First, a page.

Boston

This is Portland Fit Red Coach Dave running down Boylston Street as he finishes the 2013 Boston Marathon. It’s a beautiful picture of an elite athlete walking on air. But now I’m drawn to those other faces in the picture. The ones waiting for their friends and family to finish. Those faces are an hour away from tragedy.

Dave finished in 2 hours and 34 minutes. That means he was done over an hour before the bombs went off. But it’s not hard to imagine those spectators arriving early, waiting for their friends and family that were expected later. They were off work because Marathon Monday is a local holiday — Patriots’ Day. It commemorates the Battle of Lexington. Now it will remind us of the Battle of Boylston Street.

Our sport is about endurance. But it seems lately that we’re having to endure more than just blisters and cramps. The New York Marathon was cancelled due to Super Storm Sandy. And only a fortunate few were able to complete Boston before disaster struck. One of Portland Fit’s messages to members is about preparation and control — you can prepare all you want, but there are some things outside of our control. The weather may be terrible. There may be an unexpected delay at a train crossing. If you want to PR (or even finish), there are just some things that are going to get in your way. But what happened in Boston was unimaginable.

A marathon is our chance to celebrate the months of training that brought us to the starting line. By having to qualify to participate, the Boston Marathon is perhaps the greatest celebration as it can require years to achieve. Today doesn’t feel like much of a celebration. I’m glad we have this picture from Boston 2013. It’s a thing of beauty. But I’ll always wonder if everyone in this picture is OK.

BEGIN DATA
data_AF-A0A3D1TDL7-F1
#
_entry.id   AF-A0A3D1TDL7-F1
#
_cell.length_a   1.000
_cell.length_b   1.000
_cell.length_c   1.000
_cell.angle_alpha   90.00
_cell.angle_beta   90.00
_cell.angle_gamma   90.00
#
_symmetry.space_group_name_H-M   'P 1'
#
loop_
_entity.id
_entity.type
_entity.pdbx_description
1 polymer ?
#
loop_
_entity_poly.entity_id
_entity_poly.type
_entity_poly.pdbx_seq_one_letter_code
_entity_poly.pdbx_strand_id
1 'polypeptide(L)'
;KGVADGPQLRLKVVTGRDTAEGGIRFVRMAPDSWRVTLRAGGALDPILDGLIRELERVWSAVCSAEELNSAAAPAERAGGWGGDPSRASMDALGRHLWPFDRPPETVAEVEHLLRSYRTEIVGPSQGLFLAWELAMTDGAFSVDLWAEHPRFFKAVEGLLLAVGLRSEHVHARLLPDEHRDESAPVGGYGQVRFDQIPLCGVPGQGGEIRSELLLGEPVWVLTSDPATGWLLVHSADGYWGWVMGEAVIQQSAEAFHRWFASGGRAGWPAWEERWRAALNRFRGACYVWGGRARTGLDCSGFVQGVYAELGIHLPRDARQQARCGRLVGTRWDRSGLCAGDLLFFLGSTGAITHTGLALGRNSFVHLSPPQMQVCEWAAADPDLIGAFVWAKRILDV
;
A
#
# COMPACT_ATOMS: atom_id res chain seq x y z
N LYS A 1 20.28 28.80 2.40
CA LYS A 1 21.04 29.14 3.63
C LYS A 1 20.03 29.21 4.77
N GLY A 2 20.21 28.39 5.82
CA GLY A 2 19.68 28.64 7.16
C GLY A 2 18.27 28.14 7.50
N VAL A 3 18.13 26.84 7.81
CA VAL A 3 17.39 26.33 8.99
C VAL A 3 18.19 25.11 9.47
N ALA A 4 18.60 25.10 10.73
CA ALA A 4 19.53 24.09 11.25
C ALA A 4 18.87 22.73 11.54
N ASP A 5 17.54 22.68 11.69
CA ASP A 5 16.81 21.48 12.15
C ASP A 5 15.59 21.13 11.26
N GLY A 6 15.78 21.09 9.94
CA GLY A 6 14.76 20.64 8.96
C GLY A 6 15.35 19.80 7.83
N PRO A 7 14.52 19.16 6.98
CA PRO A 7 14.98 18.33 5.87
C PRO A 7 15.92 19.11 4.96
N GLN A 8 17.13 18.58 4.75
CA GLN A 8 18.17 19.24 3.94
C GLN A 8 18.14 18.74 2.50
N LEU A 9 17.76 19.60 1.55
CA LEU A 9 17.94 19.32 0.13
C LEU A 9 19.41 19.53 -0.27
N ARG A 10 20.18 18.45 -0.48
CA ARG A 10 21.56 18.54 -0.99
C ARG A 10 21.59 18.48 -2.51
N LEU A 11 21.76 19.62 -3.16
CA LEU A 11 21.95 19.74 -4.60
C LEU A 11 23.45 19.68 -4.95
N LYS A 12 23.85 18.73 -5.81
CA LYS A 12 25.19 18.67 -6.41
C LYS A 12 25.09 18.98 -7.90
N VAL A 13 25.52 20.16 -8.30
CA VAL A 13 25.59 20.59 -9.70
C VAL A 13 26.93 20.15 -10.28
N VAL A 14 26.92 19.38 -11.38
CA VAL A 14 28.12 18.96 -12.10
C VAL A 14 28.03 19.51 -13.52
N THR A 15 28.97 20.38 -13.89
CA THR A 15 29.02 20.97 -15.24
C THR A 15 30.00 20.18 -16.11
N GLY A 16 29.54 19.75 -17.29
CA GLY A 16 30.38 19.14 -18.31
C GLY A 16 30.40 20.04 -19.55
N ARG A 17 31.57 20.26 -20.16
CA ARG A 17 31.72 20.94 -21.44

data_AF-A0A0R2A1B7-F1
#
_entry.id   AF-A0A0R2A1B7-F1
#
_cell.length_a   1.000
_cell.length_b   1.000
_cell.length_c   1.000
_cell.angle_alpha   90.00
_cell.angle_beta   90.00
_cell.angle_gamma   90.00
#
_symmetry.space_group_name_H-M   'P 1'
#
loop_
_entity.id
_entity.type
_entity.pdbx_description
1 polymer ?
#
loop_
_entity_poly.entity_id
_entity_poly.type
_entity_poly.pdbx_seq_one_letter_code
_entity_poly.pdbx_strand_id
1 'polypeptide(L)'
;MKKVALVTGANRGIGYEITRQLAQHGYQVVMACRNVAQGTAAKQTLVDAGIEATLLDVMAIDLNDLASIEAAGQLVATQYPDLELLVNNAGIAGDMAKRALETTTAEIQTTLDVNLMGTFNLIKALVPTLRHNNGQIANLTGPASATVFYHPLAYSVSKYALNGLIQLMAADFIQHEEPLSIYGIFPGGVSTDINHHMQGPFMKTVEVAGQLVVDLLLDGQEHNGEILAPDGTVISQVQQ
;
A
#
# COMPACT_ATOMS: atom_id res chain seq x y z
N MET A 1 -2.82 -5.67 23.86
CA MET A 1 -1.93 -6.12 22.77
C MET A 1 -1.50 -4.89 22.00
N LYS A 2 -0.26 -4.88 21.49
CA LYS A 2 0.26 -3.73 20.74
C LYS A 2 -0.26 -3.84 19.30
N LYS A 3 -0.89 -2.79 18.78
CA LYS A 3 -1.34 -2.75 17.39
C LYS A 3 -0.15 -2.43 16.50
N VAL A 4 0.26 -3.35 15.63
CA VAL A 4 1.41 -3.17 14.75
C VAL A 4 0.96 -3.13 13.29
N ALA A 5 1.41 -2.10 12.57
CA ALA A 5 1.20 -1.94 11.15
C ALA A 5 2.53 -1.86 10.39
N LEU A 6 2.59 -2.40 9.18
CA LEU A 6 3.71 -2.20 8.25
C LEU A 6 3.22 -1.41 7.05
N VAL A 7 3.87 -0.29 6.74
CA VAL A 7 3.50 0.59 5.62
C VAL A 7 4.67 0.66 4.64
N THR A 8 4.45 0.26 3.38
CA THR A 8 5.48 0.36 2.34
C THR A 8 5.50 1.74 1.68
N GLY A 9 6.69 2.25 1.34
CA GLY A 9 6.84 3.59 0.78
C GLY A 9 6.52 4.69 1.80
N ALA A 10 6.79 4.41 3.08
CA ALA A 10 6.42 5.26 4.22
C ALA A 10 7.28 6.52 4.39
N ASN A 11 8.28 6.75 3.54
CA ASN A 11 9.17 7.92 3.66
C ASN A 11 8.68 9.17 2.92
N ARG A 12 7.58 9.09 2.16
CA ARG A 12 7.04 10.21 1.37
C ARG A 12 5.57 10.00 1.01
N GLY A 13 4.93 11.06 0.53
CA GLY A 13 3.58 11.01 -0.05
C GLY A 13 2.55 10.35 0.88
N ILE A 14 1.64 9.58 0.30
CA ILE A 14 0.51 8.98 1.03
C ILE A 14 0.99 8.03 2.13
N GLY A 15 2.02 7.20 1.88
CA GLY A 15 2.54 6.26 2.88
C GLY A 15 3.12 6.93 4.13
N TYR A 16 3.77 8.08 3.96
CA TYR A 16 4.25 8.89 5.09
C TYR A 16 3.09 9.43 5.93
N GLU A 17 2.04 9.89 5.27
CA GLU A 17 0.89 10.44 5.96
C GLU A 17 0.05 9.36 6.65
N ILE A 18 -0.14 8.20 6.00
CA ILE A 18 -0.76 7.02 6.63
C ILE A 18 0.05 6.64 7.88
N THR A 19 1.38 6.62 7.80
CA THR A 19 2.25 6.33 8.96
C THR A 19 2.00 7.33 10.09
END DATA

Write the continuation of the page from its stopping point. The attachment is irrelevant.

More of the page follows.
If you’ve never seen a marathon finish, it’s wonderful. There are thousands of fans cheering on the finishers as they achieve something that less than 1% of the population works to accomplish. You instantly become absorbed in the moment and you can feel the positive energy from the participants and the spectators. Today, those wonderful spectators that give so much to our sport were the most affected by the tragedy. They were the ones standing by when the bombs went off. It hurts just thinking about how all that positive energy can instantly change into a horrific scene.

In 1845, Portland was a coin flip away from instead being named Boston, Oregon. Today’s tragedy makes Portland’s heart ache for our sister city. We’re all Bostonians today.